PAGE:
• Rumours of the potentially enormous discovery began after a single tweet 
  • Astronomer J Craig Wheeler of the University of Texas sparked the speculation
  • The Ligo observatory has previously detected waves created by black holes
  • The latest waves are believed to originate in a galaxy called NGC 4993
  • They would allow physicists to observe the effect in visible light for the first time



A new type of gravitational wave - which are ripples through space-time predicted by Albert Einstein a century ago - may have been detected.
Scientists first detected the shudders in the fabric of the universe last year and the discovery was hailed the 'biggest scientific breakthrough of the century'.
Now speculation is growing that a previously undiscovered form of the waves, created by the collision of two neutron stars, may have been found. 
If true, this would mark the first time that physicists could observe gravitational waves directly in visible light.
This is an important discovery as it opens up a new way of studying the universe and unravelling mysteries such as the nature of dark energy.

Speculation is growing that a previously undiscovered form of gravitational wave, created by the collision of two neutron stars (pictured), may have been found. If true, this would mark the first time physicists have observed gravitational waves directly in visible light (stock image)
Speculation is growing that a previously undiscovered form of gravitational wave, created by the collision of two neutron stars (pictured), may have been found. If true, this would mark the first time physicists have observed gravitational waves directly in visible light (stock image)

NEUTRON STARS 

Neutron stars are the small, dense remains of a once-massive star that exploded as a powerful supernova at the end of its natural life.
They often spin very rapidly and can sweep regular pulses of radiation towards Earth, like a lighthouse beacon appearing to flash on and off as it rotates.
These 'pulsars' can be found in stellar couples, with the neutron star cannibalising its neighbour.
This can lead to the neutron star spinning faster, and to pulses of high-energy X-rays from hot gas being funnelled down magnetic fields on to the neutron star.

Rumours of the potentially enormous discovery began after a single tweet sent by astronomer J Craig Wheeler of the University of Texas at Austin according to reports in New Scientist.
He tweeted: 'New Ligo. Source with optical counterpart. Blow your sox off!'
That was enough to fuel supposition that researchers at the Laser Interferometer Gravitational-Wave Observatory (Ligo), may have uncovered evidence of one of the universe's most violent events. 
Ligo, the world's largest gravitational wave observatory, has previously recorded gravitational waves from three massive explosions.
On these occasions, the waves were created by black holes smashing together with enormous energy.
Since that time, the US-based Ligo physics experiment has been collaborating with the Virgo observatory in Europe to increase their detection sensitivity.
At a press conference, Ligo researchers previously spoke of their ambition to use the facility to detect neutron stars.
It is believed that their efforts have paid off, with Mr Wheeler's tweet thought to refer to gravitational waves from neutron stars.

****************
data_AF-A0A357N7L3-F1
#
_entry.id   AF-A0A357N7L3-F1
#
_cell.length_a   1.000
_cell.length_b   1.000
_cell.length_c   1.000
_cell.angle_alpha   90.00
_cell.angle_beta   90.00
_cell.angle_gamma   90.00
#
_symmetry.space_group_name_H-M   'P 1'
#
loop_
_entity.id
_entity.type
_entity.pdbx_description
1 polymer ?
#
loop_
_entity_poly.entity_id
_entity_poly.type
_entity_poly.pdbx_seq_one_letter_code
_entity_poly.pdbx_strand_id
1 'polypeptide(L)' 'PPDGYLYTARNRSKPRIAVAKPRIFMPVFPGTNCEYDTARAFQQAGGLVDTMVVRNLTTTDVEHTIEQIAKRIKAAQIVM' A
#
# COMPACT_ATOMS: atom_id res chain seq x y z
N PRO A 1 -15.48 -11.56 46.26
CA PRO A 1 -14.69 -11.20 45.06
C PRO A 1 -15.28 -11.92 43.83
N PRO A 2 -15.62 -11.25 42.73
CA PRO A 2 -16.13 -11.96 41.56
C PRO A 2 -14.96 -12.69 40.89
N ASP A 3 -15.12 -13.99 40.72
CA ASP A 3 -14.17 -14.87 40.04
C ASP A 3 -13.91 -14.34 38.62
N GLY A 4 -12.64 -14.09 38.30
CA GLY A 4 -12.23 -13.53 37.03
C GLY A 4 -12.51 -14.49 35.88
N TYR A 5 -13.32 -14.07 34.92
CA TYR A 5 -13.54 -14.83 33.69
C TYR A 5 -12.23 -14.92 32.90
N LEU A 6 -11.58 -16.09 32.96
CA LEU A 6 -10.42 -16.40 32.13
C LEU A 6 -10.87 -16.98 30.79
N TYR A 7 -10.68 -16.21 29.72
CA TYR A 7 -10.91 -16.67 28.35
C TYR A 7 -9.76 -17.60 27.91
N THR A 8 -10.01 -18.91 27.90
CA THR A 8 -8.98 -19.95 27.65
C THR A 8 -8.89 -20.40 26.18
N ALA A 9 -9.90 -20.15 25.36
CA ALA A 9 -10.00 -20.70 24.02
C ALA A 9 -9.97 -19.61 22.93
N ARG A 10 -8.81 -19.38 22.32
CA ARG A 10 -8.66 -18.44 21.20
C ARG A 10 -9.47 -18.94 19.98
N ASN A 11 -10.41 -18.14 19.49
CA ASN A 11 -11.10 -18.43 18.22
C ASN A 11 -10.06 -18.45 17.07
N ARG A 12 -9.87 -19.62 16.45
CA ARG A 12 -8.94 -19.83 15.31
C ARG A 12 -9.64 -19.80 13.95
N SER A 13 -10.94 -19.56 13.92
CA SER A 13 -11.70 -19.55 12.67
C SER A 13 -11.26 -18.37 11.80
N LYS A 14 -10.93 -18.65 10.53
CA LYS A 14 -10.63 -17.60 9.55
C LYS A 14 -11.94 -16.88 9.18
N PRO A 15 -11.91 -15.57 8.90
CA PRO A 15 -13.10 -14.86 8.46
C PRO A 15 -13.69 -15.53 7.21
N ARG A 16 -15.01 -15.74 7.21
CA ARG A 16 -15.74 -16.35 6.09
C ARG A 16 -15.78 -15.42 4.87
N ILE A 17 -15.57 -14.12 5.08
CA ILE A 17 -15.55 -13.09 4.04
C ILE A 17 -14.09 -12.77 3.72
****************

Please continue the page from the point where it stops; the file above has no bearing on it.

That is because waves created by black holes can not be seen in visible wavelengths, unlike neutron stars which do produce 'optical' output when they collide.
Both Ligo and Virgo use lasers to measure tiny variations caused by passing gravitational waves.
The Laser Interferometer Gravitational-Wave Observatory has previously recorded gravitational waves (pictured) from three massive explosions. On these occasions, the waves were created by black holes smashing together with enormous energy (artist's impression)
The Laser Interferometer Gravitational-Wave Observatory has previously recorded gravitational waves (pictured) from three massive explosions. On these occasions, the waves were created by black holes smashing together with enormous energy (artist's impression)
Scientists at optical observatories are now reportedly working to point their telescopes at the galaxy where the latest signal is thought to have originated. 
Their efforts are thought to be focused a galaxy around 130 million light years away in the Hydra constellation, called NGC 4993.
It contains a pair of entwined neutron stars which could be responsible for producing the waves. 
In all three previous cases, each of the twin detectors of Ligo detected gravitational waves from the energetic mergers of black hole pairs.

WHAT ARE GRAVITATIONAL WAVES? 

Scientists view the the universe as being made up of a 'fabric of space-time'.
This corresponds to Einstein's General Theory of Relativity, published in 1916.
Objects in the universe bend this fabric, and more massive objects bend it more.
Gravitational waves are considered ripples in this fabric.
Gravitational waves are considered ripples in the fabric of spacetime. They can be produced, for instance, when black holes orbit each other or by the merging of galaxies
Gravitational waves are considered ripples in the fabric of spacetime. They can be produced, for instance, when black holes orbit each other or by the merging of galaxies
They can be produced, for instance, when black holes orbit each other or by the merging of galaxies.
Gravitational waves are also thought to have been produced during the Big Bang.